Tag : violin

The Bow Stops Here — Focus

https://www.marysmale.com/

Be careful to not use the perfect practice concept as an excuse to do nothing out of fear of doing it wrong.  Even if only one thing was learned at the lesson practice that one thing perfectly by staying in focus and in the moment.  You may have to use the forced focus technique described in the book to maintain that focus.

Achieve Energized, Anxiety-Controlled Perfection in Any of Life’s Performances

www.marysmale.com

The Charl Ann Gastineau’s Stop Bow Method, developed for violin students, can be applied to any discipline or endeavor in Life that requires the honing of a skill and/or the reduction of anxiety in performing the endeavor. Mary Smale’s book, The Bow Stops Here, will show you the Gastineau Method and how to apply it to any musical instrument, Aikido or any martial art – anything that requires concentration and skill building.

Rather than “Practice makes perfect.” The wise saying is “What you practice is what you get.” If you practice mistakes, they will rise to the surface in performance settings. The Gastineau Bow Stop method teaches to practice perfection, one note at a time.

Home

Welcome to MarySmale.com

“Math Drawings” creator, Mary Smale, has been a math and art instructor in the Los Angeles area for more than 35 years. She was featured on the popular television show Homework Hotline (on KLCS, a PBS station in Los Angeles) where she donned funny costumes and presented math as it may have been experienced by weird or wonderful characters from history, literature, the news and movies. Such notables as Julius Caesar’s mother-in-law, Jackie Chan’s grandmother, Jack’s mother from “Jack and the Beanstalk,” a fading rock star, a stressed- out telemarketer, a goofy geologist, an inept caterer, a frustrated teacher, and Whistlers Mother from the famous portrait by James Whistler, were among her most popular characters. But audience response soared whenever she taught with her Math Drawings –so much so that eventually her fellow teachers urged her to compile all the drawings and instructions into this book. She is a mother, grandmother, and is the widow of the renowned jazz pianist and music arranger, Bob Smale, who was and is a pianist on the Lawrence Welk TV show, which is one of the longest continuous-running TV shows in the world – 61 years and counting. Her book, Math Drawings: Good Stuff for Teachers, Parents, and Students, is in its Fifth Edition. She lives in the San Fernando Valley and continues to teach, draw, and write.

Watch the videos here!

Math drawing Mary Smale

Math Drawings

The Bow Stops Here

 

Gastineau Stop Bow Method Adds to the Suzuki Method

https://www.marysmale.com/

Charl Ann Gastineau, lifelong violinist and teacher, developed the Stop Bow Method on the foundation of Dr. Suzuki’s ear-training approach, to aid her students in learning to read music as well as hearing it. She was able to have each student slowly identify the note to be played and match the written note with the position on the violin. Then, the student played the series of notes slowly – even stopping the bow — for many lessons, concentrating on accuracy and correctness, rather than speed. The speed came later and since the accuracy had been built up over time, there were no mistakes in the muscle-brain connection that might arise in performance. This decreased anxiety and nervousness due to fear of mistakes. All the Stop Bow student has to do is play the piece as practiced – perfectly!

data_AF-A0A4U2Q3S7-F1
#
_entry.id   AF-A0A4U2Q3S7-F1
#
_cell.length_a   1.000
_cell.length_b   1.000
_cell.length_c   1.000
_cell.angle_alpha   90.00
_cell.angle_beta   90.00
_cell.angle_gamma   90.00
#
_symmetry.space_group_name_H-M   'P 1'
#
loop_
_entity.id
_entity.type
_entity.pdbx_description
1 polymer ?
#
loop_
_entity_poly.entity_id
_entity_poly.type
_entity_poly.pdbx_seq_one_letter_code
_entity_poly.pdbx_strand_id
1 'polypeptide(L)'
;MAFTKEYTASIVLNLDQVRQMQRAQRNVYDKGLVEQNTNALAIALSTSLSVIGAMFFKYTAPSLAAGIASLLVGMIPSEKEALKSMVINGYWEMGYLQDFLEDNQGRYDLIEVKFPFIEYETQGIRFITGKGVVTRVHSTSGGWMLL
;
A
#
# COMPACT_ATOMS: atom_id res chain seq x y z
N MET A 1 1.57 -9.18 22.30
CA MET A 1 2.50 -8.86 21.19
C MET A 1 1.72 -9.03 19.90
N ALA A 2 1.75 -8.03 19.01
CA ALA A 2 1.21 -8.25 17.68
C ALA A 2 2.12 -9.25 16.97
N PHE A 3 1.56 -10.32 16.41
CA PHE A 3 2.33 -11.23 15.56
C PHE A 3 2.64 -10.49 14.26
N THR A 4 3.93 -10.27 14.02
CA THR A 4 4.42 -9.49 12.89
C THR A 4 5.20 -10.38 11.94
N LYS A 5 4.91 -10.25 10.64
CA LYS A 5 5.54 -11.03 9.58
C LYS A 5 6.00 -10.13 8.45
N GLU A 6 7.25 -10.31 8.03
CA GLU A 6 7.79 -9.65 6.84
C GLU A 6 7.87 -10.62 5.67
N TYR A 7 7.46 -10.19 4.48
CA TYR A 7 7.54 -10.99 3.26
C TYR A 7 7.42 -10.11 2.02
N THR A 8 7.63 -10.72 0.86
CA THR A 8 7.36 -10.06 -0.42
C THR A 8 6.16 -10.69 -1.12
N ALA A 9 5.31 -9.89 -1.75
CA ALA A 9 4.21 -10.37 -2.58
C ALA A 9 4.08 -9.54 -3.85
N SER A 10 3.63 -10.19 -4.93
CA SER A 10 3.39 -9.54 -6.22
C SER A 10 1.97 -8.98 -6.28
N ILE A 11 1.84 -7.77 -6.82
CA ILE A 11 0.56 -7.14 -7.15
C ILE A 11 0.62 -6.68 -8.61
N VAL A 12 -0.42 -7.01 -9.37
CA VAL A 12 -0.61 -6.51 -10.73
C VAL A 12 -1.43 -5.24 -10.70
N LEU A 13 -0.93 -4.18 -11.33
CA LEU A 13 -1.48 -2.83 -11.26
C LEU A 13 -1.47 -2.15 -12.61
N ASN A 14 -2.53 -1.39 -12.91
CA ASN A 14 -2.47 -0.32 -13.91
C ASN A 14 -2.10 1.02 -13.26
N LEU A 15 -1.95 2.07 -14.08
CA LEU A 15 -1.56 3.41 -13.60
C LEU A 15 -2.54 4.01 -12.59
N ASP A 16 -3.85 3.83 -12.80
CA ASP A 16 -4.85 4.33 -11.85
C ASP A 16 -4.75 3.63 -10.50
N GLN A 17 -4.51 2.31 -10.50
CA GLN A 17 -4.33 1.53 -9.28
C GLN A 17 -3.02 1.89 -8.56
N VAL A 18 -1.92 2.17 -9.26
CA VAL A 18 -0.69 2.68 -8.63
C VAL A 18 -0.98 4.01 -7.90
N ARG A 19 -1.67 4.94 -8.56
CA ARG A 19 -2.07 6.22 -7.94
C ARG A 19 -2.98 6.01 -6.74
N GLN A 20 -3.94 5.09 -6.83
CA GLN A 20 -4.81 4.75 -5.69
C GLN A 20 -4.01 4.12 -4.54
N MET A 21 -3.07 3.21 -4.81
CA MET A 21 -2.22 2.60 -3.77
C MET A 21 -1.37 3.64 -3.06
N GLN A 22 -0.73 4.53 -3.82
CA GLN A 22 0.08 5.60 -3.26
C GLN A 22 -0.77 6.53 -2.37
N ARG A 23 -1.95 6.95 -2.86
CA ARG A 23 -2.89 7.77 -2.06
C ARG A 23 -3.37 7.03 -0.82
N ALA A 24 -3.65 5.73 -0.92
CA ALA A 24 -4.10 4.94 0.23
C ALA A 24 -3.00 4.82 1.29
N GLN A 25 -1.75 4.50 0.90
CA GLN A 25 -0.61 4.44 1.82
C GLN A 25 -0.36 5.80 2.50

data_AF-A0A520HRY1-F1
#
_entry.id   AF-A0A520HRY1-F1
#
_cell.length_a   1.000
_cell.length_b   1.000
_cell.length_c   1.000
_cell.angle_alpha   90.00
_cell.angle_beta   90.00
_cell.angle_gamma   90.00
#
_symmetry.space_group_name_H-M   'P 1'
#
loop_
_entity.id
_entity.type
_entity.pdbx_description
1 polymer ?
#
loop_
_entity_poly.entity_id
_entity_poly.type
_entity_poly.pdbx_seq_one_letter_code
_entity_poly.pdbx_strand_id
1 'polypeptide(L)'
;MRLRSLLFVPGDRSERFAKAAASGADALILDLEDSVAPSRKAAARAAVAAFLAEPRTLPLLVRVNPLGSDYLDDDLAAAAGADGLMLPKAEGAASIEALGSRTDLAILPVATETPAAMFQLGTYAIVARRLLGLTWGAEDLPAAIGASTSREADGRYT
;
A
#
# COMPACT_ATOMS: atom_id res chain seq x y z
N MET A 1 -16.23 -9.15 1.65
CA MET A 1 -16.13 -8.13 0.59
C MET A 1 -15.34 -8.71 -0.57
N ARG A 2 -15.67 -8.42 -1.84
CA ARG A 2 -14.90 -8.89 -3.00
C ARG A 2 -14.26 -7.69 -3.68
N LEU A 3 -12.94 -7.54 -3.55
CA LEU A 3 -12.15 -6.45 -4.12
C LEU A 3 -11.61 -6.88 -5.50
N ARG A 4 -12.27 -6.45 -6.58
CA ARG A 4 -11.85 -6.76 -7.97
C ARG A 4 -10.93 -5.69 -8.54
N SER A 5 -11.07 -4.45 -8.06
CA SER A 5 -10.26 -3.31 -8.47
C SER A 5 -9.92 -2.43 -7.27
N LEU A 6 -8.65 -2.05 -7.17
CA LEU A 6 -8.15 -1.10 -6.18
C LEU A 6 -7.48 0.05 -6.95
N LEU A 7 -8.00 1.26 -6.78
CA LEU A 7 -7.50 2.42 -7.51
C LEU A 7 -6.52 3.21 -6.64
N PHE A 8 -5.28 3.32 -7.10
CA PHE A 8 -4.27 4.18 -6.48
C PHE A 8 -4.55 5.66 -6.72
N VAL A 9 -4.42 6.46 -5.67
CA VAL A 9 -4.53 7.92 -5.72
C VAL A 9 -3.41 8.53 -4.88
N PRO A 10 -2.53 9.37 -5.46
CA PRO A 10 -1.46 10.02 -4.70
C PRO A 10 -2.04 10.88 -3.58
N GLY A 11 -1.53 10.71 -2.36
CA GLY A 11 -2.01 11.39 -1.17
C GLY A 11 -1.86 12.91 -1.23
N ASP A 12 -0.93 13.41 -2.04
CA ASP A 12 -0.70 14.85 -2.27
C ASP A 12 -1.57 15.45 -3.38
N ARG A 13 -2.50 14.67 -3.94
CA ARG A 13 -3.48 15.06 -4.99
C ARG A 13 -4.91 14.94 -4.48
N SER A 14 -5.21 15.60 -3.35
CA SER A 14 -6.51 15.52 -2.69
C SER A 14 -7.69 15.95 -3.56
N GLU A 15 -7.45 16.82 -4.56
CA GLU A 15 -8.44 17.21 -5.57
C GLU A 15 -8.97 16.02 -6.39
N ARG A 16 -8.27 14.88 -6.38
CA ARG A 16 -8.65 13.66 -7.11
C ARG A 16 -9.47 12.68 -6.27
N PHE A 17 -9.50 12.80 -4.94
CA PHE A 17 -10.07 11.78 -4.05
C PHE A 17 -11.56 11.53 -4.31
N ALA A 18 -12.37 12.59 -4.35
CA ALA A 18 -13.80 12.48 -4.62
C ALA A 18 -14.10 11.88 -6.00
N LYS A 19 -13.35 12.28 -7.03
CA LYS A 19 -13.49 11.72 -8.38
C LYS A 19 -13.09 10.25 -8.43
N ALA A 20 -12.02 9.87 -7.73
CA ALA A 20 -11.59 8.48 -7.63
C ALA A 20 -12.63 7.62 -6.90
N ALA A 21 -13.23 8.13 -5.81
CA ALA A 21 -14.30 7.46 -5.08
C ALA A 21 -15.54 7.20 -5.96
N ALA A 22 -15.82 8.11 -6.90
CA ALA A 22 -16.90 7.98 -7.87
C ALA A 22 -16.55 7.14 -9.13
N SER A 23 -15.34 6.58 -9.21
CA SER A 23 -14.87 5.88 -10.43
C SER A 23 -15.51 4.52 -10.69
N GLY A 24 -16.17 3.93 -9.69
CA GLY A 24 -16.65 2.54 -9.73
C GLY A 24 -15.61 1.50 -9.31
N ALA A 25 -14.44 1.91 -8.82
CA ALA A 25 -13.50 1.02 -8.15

Achieve Energized, Anxiety-Controlled Perfection in Any of Life’s Performances

The Charl Ann Gastineau’s Stop Bow Method, developed for violin students, can be applied to any discipline or endeavor in Life that requires the honing of a skill and/or the reduction of anxiety in performing the endeavor. Mary Smale’s book, The Bow Stops Here, will show you the Gastineau Method and how to apply it to any musical instrument, any martial art – anything that requires concentration and skill building.

Gastineau states: “There is a kaleidoscope of approaches to teaching a student to play

an instrument. I use the Suzuki Method for a myriad of reasons, and to it I’ve added my Stop Bow Method to further reduce mistake-driven anxieties. I’m constantly adding to my curriculum, especially when I find something that works well for another teacher. We all learn from each other, and should always be open to new ideas.”

In “typical” practice sessions, a musical student unwittingly practices mistakes as well as the correct execution. Gastineau observed that 90 percent of her “teaching” time was correcting mistakes and telling students to slow down.  She developed two lists, one of Potential Mistakes and  the other, Elements of Aggravation. She surmised that since athletes train by performing their motions very slowly, to develop the muscle-brain connection properly, playing an instrument should be approached in the same way. This was the “aha” behind her Stop Bow Method. Rather than hurrying through the playing of a piece, with the Stop Bow Method, the student avoids playing mistakes altogether and practices the piece of music very slowly for a significant period of time. With concentrated, dedicated practice, virtually anyone can reach a level of anxiety-free performance applying the Gastineau Stop Bow Method.